Be patient, stay late for late-season turkeys

Lone gobblers whose hens are nesting are likely to be doing a lot of traveling, especially late in the morning and early in the afternoon, when they can be fooled and killed.
Lone gobblers whose hens are nesting are likely to be doing a lot of traveling, especially late in the morning and early in the afternoon, when they can be fooled and killed.

Time to dial back your calling

Turkey hunters find a big problem from mid-April through the end of the spring turkey season is that most “easy” turkeys have been killed, and the remaining ones are more wary and won’t come to calls.

But don’t fret; there are things a hunter can do.

Mike Seamster, a respected biologist now retired after managing wild- turkey populations for 30 years, said patience is the first response hunters should have to shut-mouth, scared-of-their-shadow gobblers.

“The main thing is patience … patience kills a lot of turkeys,” he said. “If you don’t hear any gobblers at daylight to 9 a.m. or so, stay in the woods. You’re liable to hear a gobbler at mid-morning or even in the afternoon. If it’s the lull period, they’ll leave hens or the hens will have left them at some point. Then, you got a chance.”

One of Seamster’s favorite tactics is to locate a gobbler that’s calling hens to his tree, sneak in close, set up and yelp or purr a couple times, then stop calling.

“Sometimes he might gobble, then up in the morning, say 10:30, he might come to where he heard you call at daylight, looking for that hen he heard,” Seamster said. “You can even eat lunch, then go back and call a time or two, and he might answer. This happens a lot, even after hunting season ends.”

Be patient with late-season turkeys; they have heard plenty of calls and are extremely wary, so different tactics may be required.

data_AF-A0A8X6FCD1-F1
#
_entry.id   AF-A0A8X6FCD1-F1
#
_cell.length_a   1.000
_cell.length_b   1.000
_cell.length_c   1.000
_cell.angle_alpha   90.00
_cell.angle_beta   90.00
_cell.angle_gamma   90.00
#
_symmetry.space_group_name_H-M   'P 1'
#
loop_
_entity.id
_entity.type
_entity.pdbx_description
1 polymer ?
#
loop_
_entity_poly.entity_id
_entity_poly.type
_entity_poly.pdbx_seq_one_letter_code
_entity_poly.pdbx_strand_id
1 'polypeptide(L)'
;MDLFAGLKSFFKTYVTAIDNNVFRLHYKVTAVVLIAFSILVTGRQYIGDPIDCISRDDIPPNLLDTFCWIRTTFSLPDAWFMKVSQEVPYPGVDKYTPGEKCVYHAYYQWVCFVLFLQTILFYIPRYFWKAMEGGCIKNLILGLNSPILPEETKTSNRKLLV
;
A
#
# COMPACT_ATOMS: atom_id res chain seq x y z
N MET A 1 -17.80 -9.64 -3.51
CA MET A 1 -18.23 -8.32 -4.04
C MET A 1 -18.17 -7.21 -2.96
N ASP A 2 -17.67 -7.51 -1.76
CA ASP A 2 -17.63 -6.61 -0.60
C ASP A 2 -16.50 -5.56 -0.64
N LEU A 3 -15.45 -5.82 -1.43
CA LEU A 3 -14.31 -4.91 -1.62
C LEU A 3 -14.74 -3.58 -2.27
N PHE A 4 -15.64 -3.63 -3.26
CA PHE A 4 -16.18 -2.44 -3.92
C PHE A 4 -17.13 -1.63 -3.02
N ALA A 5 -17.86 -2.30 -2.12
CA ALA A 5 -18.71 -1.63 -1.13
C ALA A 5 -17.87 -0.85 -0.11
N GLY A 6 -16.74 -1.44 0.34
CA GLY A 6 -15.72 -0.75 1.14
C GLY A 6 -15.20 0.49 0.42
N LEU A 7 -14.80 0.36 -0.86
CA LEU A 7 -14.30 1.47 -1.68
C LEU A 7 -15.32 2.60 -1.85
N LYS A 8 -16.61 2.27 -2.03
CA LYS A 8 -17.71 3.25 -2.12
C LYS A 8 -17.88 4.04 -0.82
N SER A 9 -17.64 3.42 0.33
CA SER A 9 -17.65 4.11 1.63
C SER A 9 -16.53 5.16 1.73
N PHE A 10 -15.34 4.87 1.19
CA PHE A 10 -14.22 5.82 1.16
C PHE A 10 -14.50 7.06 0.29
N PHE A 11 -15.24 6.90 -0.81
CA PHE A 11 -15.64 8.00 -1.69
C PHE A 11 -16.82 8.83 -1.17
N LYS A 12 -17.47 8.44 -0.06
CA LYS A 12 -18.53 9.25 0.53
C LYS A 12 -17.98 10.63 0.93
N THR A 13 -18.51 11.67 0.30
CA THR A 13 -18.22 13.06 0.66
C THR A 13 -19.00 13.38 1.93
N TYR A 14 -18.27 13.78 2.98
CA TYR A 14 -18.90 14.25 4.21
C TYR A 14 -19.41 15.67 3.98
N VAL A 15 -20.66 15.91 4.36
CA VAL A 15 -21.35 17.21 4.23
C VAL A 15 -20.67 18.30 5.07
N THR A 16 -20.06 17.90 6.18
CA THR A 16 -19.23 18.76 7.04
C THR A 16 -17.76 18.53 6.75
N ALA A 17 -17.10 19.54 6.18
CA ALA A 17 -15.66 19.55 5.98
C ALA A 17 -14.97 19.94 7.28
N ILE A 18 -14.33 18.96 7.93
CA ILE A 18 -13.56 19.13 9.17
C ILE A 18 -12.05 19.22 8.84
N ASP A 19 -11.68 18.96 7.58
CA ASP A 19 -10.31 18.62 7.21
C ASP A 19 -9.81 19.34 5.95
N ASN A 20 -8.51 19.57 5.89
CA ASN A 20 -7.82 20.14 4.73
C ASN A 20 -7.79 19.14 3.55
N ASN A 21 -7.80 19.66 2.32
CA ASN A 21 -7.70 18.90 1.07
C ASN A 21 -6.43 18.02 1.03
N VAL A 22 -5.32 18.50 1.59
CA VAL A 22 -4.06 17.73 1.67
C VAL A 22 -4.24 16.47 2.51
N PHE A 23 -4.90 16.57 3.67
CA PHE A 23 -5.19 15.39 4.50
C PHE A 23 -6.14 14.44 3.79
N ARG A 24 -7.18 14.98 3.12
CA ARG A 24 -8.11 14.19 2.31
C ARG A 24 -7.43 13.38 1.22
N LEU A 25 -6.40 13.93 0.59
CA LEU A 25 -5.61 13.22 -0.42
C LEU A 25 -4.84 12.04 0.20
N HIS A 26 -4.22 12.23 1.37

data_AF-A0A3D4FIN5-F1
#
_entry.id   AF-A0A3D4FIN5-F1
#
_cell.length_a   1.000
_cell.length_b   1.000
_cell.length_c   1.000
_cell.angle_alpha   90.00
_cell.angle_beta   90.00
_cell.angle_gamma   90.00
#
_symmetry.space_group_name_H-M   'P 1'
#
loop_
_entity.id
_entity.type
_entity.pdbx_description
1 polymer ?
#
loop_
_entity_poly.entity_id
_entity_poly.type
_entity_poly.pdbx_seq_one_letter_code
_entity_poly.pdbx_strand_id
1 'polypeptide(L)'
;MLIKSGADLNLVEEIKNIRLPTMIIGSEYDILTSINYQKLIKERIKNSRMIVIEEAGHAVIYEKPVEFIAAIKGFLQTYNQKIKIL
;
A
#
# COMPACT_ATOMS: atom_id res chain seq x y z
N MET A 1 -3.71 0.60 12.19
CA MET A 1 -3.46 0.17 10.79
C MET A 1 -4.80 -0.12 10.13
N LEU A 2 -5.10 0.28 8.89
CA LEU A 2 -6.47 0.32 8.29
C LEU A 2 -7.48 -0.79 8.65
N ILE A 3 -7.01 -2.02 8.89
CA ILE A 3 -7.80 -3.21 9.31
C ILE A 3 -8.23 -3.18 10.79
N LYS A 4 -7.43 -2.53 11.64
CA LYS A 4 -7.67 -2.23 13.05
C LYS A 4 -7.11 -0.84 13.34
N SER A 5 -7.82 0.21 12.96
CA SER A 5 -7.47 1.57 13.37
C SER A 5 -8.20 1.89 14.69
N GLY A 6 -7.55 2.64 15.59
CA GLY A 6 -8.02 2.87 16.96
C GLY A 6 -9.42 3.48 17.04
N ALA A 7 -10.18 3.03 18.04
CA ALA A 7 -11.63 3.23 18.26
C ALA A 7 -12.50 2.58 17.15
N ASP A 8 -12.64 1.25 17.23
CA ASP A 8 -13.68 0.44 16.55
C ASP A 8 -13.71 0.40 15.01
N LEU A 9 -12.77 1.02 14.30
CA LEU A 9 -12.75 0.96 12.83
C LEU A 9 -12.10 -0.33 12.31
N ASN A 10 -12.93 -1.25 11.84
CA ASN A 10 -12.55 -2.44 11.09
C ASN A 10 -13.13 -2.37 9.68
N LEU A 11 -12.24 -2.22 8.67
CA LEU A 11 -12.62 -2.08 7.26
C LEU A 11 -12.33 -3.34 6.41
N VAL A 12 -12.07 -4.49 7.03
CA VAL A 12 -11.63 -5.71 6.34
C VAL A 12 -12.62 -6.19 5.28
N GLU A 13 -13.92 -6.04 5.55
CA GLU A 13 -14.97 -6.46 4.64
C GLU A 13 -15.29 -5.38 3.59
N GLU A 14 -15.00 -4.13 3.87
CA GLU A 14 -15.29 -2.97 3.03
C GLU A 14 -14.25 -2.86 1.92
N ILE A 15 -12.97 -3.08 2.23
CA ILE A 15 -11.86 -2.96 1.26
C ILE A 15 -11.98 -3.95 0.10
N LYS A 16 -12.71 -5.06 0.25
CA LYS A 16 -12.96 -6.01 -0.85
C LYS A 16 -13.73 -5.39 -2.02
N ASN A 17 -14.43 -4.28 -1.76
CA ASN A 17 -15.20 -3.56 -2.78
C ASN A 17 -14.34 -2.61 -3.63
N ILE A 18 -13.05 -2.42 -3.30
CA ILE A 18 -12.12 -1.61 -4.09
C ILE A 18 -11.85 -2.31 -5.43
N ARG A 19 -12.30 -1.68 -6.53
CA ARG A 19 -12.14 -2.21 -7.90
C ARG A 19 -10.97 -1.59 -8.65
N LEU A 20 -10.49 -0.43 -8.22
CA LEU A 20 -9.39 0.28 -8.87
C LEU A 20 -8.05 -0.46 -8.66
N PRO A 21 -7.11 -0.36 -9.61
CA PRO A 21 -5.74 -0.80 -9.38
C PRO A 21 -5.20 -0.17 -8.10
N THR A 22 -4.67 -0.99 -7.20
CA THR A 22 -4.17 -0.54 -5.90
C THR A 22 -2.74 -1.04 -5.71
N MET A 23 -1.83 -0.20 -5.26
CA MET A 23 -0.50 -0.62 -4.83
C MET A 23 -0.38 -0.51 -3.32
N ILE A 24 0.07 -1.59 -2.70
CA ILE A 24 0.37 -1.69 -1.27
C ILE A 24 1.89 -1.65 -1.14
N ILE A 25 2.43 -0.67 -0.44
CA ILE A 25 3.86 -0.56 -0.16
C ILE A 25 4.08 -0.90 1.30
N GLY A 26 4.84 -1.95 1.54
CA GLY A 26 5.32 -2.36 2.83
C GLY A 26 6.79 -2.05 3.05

Be patient with late-season turkeys; they have heard plenty of calls and are extremely wary, so different tactics may be required.

Seamster said once, in late June, he was working on a tract of land on a public hunting area when he heard a gobbler across the road.

“I had a (call) in my truck and called, and he came out on the edge of the highway, looking for the hen — during June,” said Seamster, who has killed a lot of birds late in the season and late in the morning. “He’s liable to gobble late in the season at any time.”

Late in the season, Seamster is careful not to overcall.

“More often, soft, infrequent calls do the trick. I think it’s a good idea to be subtle in calling — call less,” he said. “It’s especially important on (public) lands because turkeys usually have been pressured.

“If you’re calling a lot, he knows a hen’s out there, and she’s supposed to come to him,” he said. “But if he doesn’t hear her for a while, he’s wondering ‘Has another gobbler come in and got that hen?’ Then he goes looking for her, and that’s when you can kill him.”

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